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FEATURE STORY

Cambodia: Students Discuss Higher Education Project

February 16, 2011

STORY HIGHLIGHTS
  • 2,500 students, university students, lecturers, civil society and government official attended a Student Talk Series to discuss the Higher Quality Education and Capacity Improvement Project.
  • The project supports quality of teaching, management and research capacity, and provides 1,000 scholarships to disadvantaged students.

PHNOM PEHN, Cambodia, February 16, 2011 As he emerges from a conference hall in hisstudent uniform of grey shirt and black trousers, Cheng Sothai says tutoringgives him three things: “First, it raises my awareness of new ideas, both inthe formal and informal development sector. Second, it tells me new strategiesto improve the education sector. Third, it introduces me to the educationsector’s challenges.”

Sothai was among 2,500high school students, university students, lecturers, civil societyrepresentatives, youth association members, and government officials whoparticipated in a Student Talk Series discussing the Higher Quality Educationand Capacity Improvement Project (HQECIP). The project is supported by theWorld Bank and aims to improve the quality of teaching, management and researchcapacity, and provide 1,000 scholarships to disadvantaged students. The seriestook place in five provinces: Sihanoukville, Kampong Cham, Siem Reap, BanteayMeanchey, and Battambang, from October 22 to 28, 2010.

Sothai, a WesternUniversity student in Kampong Cham, says the presentation surprised him byraising his awareness of the education field in Cambodia.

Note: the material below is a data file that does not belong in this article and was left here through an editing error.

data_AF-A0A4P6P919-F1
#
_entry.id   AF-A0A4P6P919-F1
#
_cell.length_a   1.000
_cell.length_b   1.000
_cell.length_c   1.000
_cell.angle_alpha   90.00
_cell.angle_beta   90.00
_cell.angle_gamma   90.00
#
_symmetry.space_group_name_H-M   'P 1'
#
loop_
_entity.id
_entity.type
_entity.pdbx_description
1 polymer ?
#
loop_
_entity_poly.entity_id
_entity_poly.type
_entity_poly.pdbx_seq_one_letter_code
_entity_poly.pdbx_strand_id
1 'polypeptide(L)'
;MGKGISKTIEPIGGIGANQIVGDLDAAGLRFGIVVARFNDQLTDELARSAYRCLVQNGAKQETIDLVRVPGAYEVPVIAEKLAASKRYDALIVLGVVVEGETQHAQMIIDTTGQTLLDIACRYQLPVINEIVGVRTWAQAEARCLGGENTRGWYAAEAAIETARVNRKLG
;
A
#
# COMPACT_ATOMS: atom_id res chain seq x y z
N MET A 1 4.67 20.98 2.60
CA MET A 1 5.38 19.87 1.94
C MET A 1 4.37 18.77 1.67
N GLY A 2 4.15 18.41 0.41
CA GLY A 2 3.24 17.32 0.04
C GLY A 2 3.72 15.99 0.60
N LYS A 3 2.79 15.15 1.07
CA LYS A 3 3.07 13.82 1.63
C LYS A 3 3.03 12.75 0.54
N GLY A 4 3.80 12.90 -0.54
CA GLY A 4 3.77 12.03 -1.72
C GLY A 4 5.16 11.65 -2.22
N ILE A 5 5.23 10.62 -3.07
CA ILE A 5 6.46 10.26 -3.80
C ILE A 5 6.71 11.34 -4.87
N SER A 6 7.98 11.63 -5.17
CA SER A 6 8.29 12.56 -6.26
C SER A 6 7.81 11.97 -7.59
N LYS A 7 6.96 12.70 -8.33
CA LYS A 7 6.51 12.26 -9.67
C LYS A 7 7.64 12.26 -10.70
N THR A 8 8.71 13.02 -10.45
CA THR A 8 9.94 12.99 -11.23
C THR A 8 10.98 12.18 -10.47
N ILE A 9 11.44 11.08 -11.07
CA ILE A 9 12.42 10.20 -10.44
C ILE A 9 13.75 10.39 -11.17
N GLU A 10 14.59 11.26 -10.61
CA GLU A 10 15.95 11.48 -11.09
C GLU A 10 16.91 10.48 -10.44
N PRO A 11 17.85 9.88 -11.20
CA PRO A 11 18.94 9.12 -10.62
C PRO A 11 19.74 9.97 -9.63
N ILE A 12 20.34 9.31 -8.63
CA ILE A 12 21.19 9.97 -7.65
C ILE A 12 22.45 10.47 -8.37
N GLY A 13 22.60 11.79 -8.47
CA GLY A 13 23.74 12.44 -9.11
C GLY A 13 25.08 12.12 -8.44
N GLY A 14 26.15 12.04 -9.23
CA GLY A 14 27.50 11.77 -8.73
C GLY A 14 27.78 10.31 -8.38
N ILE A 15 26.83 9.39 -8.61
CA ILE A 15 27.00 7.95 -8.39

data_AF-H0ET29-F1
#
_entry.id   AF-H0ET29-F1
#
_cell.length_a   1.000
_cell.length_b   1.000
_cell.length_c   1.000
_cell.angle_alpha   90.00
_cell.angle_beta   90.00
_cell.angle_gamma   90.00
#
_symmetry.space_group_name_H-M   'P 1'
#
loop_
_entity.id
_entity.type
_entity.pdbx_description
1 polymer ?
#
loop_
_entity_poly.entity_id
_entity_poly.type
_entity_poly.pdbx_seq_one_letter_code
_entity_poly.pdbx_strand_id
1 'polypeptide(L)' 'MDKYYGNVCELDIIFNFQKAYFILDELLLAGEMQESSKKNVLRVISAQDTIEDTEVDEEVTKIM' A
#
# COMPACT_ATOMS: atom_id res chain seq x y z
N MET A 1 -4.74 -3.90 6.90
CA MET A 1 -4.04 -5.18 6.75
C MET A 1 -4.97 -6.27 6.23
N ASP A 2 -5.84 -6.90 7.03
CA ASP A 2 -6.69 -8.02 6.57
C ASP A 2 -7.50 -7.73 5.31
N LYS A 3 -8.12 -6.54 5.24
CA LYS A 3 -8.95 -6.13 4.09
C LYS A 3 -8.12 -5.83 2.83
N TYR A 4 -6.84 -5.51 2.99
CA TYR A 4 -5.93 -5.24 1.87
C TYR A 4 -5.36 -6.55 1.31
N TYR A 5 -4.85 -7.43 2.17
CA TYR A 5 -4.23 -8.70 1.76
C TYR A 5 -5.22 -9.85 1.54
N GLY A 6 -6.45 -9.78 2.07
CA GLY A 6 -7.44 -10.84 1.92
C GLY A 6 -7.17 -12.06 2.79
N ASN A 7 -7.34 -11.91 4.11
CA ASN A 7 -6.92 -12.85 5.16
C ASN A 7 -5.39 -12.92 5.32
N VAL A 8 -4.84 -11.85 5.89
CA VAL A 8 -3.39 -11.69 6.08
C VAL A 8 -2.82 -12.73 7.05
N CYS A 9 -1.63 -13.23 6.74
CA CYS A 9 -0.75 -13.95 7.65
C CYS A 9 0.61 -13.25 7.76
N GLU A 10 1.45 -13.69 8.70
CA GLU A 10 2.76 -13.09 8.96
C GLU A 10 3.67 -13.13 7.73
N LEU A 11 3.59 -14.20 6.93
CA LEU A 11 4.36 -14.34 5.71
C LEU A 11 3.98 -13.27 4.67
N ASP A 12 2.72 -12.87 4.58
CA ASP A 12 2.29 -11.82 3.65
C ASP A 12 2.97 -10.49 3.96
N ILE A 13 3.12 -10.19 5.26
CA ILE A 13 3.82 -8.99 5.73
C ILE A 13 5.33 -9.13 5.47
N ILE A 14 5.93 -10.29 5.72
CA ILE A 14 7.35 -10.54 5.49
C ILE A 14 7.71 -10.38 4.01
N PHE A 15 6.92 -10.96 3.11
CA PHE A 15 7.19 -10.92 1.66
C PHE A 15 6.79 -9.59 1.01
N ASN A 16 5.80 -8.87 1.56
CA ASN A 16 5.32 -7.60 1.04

In similar vein to Sothai, Ms Vong Sreymich, a student of Mean Chey University,says, “I learned a lot from this session. First, it gives us, the youngergeneration, more awareness on education quality. Second, we have the chance toask about what we are studying and subjects we are taking, so that we canimprove capacity building for the development of the nation.”

Another female student,Ms Srey Mach, a student at the University of Management and Economics in Sihanoukville,is noncommittal on whether the conference has been good or bad. But she says,“Though it was quite broad, I learned a lot. I can learn about information thatI need for my studies, as well as my work.”

The session ended withfruitful results. Participants, particularly high school students, askednumerous relevant questions. Chiev Sokkom, a female student from Samdech OvHigh School in Banteay Meanchey province, asks, “We know the Cambodianeducation sector is pretty weak. So what are your suggestions on how it can beimproved?”

Many questions wereasked regarding scholarships, quality of education, job opportunities,self-development, and the benefits of the Higher Quality Education and CapacityImprovement Project.


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